2. It’s unlikely that your current cybersecurity tools protect you from data breaches impacting your Google and/or Microsoft domains
One of the top cybersecurity myths we hear day in and day out is that schools have a firewall and content filter, therefore they’re all set.
In fact, this is likely contributing to the fact that 60% of survey respondents said they had either “quite a lot” or a “great deal” of confidence in the security of their data stored in the cloud.
Yet, nearly 1 in 3 do not know if their cybersecurity systems consistently monitor for risky file-sharing outside of their domain; and more than 25% don’t know if they can monitor data risk within their domains.
This overconfidence phenomenon is nothing new to risk management experts.
A cloud data breach is typically quite a bit different than one that impacts on-prem storage. One of the main differences is that cloud data breaches can be more difficult to detect and remediate. This is because the data lives outside of your network—in the cloud—and those in charge of district data security often have less visibility and control over cloud apps without the right tools (more on that in a moment).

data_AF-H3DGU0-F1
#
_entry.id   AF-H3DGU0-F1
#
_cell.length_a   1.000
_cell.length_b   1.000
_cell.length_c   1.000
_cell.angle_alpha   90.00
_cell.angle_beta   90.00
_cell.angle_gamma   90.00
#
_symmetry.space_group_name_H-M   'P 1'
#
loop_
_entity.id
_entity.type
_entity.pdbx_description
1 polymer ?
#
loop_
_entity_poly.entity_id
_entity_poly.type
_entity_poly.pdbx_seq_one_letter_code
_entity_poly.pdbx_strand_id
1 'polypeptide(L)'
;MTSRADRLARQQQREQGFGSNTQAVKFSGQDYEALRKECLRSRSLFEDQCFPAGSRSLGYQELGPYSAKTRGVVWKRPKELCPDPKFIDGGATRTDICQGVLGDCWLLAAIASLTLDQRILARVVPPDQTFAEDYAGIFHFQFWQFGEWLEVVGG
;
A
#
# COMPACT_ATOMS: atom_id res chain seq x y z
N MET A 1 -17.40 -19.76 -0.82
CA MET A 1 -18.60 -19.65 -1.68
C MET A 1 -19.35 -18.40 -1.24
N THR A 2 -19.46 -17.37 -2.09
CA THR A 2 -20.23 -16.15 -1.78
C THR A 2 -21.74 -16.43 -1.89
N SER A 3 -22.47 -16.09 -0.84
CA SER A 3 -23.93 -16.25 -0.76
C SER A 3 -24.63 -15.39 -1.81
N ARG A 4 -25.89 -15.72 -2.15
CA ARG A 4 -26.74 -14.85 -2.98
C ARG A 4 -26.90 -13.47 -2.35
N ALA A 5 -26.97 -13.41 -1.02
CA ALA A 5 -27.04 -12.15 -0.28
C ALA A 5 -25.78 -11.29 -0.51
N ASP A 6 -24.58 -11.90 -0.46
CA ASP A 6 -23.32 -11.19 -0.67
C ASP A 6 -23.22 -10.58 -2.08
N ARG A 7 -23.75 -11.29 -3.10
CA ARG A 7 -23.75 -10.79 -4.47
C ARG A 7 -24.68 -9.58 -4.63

The point is: Data that is stored in cloud apps—yes, that includes Google Workspace and Microsoft 365—is outside of your network. Therefore, network security technology like most firewalls and content filters cannot protect that data. And that brings us to our third truth…
3. Google and Microsoft are secure, but they’re not responsible for your service-level security configurations
This is another misunderstanding we hear all the time.
Don’t get me wrong, I’m not telling you that Google and Microsoft are fundamentally insecure or bad places to store your data. As Google for Education and Microsoft for Education Partners, we’re big believers in the power of cloud computing and the many benefits their services provide.
It’s highly likely that they’re more secure than on-prem storage in most cases. They both have the funds, global infrastructure, and expertise to build among the most secure storage centers on the planet. Simply put, they’re going to outperform your little server room when it comes to securing the storage infrastructure, platforms, and applications.
But, when you enter into a license agreement with either of them, or any cloud-based SaaS application, you’re entering into what is called a “shared responsibility model”. This means that they’re responsible for most of the data security—you’re outsourcing that responsibility from your little server room.
But you still maintain some of the responsibility for securing the service side of the platform from data breaches, leaks, account takeovers, phishing, etc. You’re responsible for making sure that access to your data is properly protected and configured.